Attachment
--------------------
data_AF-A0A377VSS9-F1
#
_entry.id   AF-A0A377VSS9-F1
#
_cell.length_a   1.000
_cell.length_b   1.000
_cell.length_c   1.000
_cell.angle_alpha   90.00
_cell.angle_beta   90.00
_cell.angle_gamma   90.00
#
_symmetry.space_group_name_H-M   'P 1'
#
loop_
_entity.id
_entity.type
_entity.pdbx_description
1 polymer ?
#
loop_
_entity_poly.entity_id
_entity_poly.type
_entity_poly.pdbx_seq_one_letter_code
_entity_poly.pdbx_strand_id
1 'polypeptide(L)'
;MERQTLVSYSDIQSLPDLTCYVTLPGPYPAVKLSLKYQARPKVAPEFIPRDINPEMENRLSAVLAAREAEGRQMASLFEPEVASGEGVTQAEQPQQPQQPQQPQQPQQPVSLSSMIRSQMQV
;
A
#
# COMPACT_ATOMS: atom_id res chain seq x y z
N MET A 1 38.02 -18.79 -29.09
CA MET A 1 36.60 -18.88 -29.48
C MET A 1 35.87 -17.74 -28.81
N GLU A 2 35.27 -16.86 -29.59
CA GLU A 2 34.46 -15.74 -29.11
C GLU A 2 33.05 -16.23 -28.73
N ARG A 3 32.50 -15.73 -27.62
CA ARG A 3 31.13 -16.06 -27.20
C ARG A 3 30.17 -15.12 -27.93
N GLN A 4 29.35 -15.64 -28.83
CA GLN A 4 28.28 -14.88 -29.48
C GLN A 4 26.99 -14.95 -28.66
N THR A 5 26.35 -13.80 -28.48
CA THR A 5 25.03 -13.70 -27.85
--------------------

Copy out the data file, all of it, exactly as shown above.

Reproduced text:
data_AF-A0A377VSS9-F1
#
_entry.id   AF-A0A377VSS9-F1
#
_cell.length_a   1.000
_cell.length_b   1.000
_cell.length_c   1.000
_cell.angle_alpha   90.00
_cell.angle_beta   90.00
_cell.angle_gamma   90.00
#
_symmetry.space_group_name_H-M   'P 1'
#
loop_
_entity.id
_entity.type
_entity.pdbx_description
1 polymer ?
#
loop_
_entity_poly.entity_id
_entity_poly.type
_entity_poly.pdbx_seq_one_letter_code
_entity_poly.pdbx_strand_id
1 'polypeptide(L)'
;MERQTLVSYSDIQSLPDLTCYVTLPGPYPAVKLSLKYQARPKVAPEFIPRDINPEMENRLSAVLAAREAEGRQMASLFEPEVASGEGVTQAEQPQQPQQPQQPQQPQQPVSLSSMIRSQMQV
;
A
#
# COMPACT_ATOMS: atom_id res chain seq x y z
N MET A 1 38.02 -18.79 -29.09
CA MET A 1 36.60 -18.88 -29.48
C MET A 1 35.87 -17.74 -28.81
N GLU A 2 35.27 -16.86 -29.59
CA GLU A 2 34.46 -15.74 -29.11
C GLU A 2 33.05 -16.23 -28.73
N ARG A 3 32.50 -15.73 -27.62
CA ARG A 3 31.13 -16.06 -27.20
C ARG A 3 30.17 -15.12 -27.93
N GLN A 4 29.35 -15.64 -28.83
CA GLN A 4 28.28 -14.88 -29.48
C GLN A 4 26.99 -14.95 -28.66
N THR A 5 26.35 -13.80 -28.48
CA THR A 5 25.03 -13.70 -27.85